Worried that your good work could be plagiarised or that someone’s going to steal your thunder on the Internet and not reference your writing or content appropriately? There’s a solution to every problem and this one comes in the form of Creative Commons. An offshoot of a US non-profit organisation, Creative Commons was founded in 2003 with the help of the University of Ottawa Law and Technology Program and the Canadian Internet Policy and Public Interest Clinic.
Creative Commons licenses don’t replace copyright laws but are intended as a way of augmenting, emphasising and reinforcing them. They allow you to license your work easily, at no cost and with various different license offerings to choose from, you can decide on how much freedom you want to give people to use your content and in which forums.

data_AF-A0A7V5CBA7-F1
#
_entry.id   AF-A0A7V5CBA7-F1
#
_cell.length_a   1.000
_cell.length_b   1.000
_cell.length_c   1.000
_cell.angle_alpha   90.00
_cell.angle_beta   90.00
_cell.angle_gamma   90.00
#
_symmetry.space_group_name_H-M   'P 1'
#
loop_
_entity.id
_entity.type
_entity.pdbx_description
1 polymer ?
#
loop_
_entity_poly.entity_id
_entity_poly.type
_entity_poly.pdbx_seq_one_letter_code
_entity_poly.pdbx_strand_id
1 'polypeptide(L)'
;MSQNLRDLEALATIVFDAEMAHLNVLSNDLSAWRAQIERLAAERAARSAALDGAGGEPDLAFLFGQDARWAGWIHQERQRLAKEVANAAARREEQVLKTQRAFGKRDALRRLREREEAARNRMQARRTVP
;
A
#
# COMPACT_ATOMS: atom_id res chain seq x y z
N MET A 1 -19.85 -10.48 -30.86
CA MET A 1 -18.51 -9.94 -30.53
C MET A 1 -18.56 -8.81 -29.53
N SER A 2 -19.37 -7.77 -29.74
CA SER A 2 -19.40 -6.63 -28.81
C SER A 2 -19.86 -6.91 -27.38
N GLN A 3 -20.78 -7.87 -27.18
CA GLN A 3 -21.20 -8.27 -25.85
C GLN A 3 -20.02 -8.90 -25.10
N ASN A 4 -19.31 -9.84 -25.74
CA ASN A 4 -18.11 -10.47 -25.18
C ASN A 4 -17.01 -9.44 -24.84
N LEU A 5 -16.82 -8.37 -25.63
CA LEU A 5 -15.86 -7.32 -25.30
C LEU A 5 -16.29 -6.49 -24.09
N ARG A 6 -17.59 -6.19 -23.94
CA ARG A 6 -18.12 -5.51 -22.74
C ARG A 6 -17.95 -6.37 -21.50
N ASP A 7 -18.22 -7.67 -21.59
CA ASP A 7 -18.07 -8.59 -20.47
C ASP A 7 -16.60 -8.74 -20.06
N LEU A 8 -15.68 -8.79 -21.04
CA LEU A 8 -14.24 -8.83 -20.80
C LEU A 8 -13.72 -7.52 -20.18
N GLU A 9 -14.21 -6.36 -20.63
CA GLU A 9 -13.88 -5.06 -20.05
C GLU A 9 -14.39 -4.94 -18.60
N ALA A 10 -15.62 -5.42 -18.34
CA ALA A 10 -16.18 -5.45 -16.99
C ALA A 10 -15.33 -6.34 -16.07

Creative Commons steps you through an easy process to find the right license and then you simply download some HTML to your website:
6 Types of Creative Commons Licenses
People using your content are then morally and legally obliged to use it according to the rules set out (or not at all if you so choose). Whether or not people act appropriately remains to be seen and there’s also the issue of the global reach of the Internet with different laws governing different jurisdictions but if plagiarism is a concern for you then Creative Commons is definitely a step in the right direction to protecting your work.